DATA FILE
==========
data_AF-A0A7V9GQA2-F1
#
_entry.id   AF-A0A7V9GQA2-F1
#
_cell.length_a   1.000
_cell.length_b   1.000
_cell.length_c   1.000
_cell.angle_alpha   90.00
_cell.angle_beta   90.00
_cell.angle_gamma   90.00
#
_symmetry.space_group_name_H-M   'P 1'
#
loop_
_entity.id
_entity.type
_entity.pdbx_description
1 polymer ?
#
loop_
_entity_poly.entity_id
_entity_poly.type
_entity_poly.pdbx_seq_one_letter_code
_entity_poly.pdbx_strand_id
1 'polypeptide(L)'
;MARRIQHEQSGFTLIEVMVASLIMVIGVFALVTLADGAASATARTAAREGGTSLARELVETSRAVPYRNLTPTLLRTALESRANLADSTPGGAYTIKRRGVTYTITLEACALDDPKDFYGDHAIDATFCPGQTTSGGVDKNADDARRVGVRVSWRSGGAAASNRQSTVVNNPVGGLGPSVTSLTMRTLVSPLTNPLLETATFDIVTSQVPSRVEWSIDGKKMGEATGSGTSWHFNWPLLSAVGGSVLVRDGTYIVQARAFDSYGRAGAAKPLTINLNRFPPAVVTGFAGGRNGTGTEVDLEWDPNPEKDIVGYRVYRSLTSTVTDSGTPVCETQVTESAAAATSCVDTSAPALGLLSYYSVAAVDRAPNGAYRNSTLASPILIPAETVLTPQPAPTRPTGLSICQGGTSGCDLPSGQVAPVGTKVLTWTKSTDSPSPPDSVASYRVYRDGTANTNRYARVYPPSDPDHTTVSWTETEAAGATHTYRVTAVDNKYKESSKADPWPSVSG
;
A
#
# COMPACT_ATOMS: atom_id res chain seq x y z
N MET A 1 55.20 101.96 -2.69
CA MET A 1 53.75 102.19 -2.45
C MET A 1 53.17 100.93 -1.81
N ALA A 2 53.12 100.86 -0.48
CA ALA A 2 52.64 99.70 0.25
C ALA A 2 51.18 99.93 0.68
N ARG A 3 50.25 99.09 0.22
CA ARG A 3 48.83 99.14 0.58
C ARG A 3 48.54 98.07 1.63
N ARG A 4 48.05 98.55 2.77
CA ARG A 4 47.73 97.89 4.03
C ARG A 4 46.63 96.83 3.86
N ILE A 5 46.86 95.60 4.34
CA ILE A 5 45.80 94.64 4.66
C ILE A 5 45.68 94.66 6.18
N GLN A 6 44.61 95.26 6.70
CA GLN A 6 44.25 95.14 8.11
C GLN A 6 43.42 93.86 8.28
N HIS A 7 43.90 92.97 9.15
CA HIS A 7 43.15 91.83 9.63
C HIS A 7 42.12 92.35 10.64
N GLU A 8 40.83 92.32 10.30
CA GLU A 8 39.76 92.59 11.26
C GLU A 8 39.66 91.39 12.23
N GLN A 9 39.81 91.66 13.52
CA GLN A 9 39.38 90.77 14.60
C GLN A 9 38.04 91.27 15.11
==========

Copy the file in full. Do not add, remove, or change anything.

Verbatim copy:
data_AF-A0A7V9GQA2-F1
#
_entry.id   AF-A0A7V9GQA2-F1
#
_cell.length_a   1.000
_cell.length_b   1.000
_cell.length_c   1.000
_cell.angle_alpha   90.00
_cell.angle_beta   90.00
_cell.angle_gamma   90.00
#
_symmetry.space_group_name_H-M   'P 1'
#
loop_
_entity.id
_entity.type
_entity.pdbx_description
1 polymer ?
#
loop_
_entity_poly.entity_id
_entity_poly.type
_entity_poly.pdbx_seq_one_letter_code
_entity_poly.pdbx_strand_id
1 'polypeptide(L)'
;MARRIQHEQSGFTLIEVMVASLIMVIGVFALVTLADGAASATARTAAREGGTSLARELVETSRAVPYRNLTPTLLRTALESRANLADSTPGGAYTIKRRGVTYTITLEACALDDPKDFYGDHAIDATFCPGQTTSGGVDKNADDARRVGVRVSWRSGGAAASNRQSTVVNNPVGGLGPSVTSLTMRTLVSPLTNPLLETATFDIVTSQVPSRVEWSIDGKKMGEATGSGTSWHFNWPLLSAVGGSVLVRDGTYIVQARAFDSYGRAGAAKPLTINLNRFPPAVVTGFAGGRNGTGTEVDLEWDPNPEKDIVGYRVYRSLTSTVTDSGTPVCETQVTESAAAATSCVDTSAPALGLLSYYSVAAVDRAPNGAYRNSTLASPILIPAETVLTPQPAPTRPTGLSICQGGTSGCDLPSGQVAPVGTKVLTWTKSTDSPSPPDSVASYRVYRDGTANTNRYARVYPPSDPDHTTVSWTETEAAGATHTYRVTAVDNKYKESSKADPWPSVSG
;
A
#
# COMPACT_ATOMS: atom_id res chain seq x y z
N MET A 1 55.20 101.96 -2.69
CA MET A 1 53.75 102.19 -2.45
C MET A 1 53.17 100.93 -1.81
N ALA A 2 53.12 100.86 -0.48
CA ALA A 2 52.64 99.70 0.25
C ALA A 2 51.18 99.93 0.68
N ARG A 3 50.25 99.09 0.22
CA ARG A 3 48.83 99.14 0.58
C ARG A 3 48.54 98.07 1.63
N ARG A 4 48.05 98.55 2.77
CA ARG A 4 47.73 97.89 4.03
C ARG A 4 46.63 96.83 3.86
N ILE A 5 46.86 95.60 4.34
CA ILE A 5 45.80 94.64 4.66
C ILE A 5 45.68 94.66 6.18
N GLN A 6 44.61 95.26 6.70
CA GLN A 6 44.25 95.14 8.11
C GLN A 6 43.42 93.86 8.28
N HIS A 7 43.90 92.97 9.15
CA HIS A 7 43.15 91.83 9.63
C HIS A 7 42.12 92.35 10.64
N GLU A 8 40.83 92.32 10.30
CA GLU A 8 39.76 92.59 11.26
C GLU A 8 39.66 91.39 12.23
N GLN A 9 39.81 91.66 13.52
CA GLN A 9 39.38 90.77 14.60
C GLN A 9 38.04 91.27 15.11